Cooperative Research Units
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Population Dynamics in Moose in the Snowy Range

Each pregnant collared moose is visited in July and late August each year to determine the number of calves-at-heel

Duration

July 2014 - December 2018

Narrative

Snowy Range moose are at a crossroads. Managers have considered the population to be performing well because it is recently introduced and has had abundant forage, however, the current status of the population and the influence of harvest, remain uncertain. This has created considerable uncertainty in how these moose should be manged (i.e., harvest levels) over the long term, and what can be done to maintain productivity and reduce the probabilility of a population decline which has become the norm for Shiras moose across much of their range. The overall goal of the proposed project is to characterize the population trajectory of moose in the Snowy Range to determine if the population is increasing or decreasing under current management. We also seek to understand the primary factors influencing population performance (especially nutrition), and to develop cost-effective tools to aid in the long-term monitoring and management.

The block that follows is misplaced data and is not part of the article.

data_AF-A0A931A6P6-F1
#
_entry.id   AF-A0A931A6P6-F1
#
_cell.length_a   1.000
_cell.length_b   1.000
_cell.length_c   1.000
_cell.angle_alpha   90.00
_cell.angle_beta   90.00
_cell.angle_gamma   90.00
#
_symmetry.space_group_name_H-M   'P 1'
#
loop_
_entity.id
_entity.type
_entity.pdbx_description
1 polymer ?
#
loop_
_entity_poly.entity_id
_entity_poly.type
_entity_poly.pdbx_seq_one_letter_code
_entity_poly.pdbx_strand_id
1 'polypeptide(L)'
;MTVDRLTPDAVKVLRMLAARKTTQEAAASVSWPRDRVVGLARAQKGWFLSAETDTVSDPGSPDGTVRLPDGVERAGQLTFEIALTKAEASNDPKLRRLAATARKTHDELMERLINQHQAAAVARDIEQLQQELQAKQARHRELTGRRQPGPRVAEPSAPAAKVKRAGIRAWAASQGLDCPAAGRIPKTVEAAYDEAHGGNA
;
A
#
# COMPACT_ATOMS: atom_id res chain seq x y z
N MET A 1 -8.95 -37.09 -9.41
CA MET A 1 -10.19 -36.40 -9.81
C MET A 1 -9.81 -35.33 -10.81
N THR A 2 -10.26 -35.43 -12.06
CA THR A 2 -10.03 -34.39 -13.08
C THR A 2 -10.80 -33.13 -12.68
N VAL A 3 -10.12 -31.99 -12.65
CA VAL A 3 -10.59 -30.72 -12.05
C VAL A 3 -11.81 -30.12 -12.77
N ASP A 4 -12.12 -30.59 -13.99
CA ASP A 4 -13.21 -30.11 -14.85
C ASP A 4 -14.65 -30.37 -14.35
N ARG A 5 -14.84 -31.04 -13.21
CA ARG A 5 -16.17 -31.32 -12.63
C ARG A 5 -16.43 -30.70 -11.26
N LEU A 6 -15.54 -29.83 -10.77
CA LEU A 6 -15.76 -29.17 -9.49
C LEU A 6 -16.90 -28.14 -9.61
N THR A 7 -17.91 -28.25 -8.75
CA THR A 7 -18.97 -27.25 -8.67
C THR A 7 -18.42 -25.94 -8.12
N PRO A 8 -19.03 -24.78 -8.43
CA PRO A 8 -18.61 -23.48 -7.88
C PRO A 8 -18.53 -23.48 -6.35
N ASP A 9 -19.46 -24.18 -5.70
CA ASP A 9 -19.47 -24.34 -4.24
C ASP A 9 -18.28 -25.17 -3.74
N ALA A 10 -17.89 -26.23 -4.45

Current Staff

Federal Staff: 3

Masters Students: 19

Phd Students: 3

Post Docs: 4

University Staff: 5

5 Year Summary

Students graduated: 18

Scientific Publications: 46

Presentations: 76

 

Personnel

Funding Agencies

  • Wyoming Game and Fish Department
  • Wyoming Wildlife - The Foundation

Links

Wyoming Cooperative Fish and Wildlife Research Unit Cooperators

  1. U.S. Fish and Wildlife Service
  2. U.S. Geological Survey
  3. University of Wyoming
  4. Wildlife Management Institute
  5. Wyoming Game and Fish Department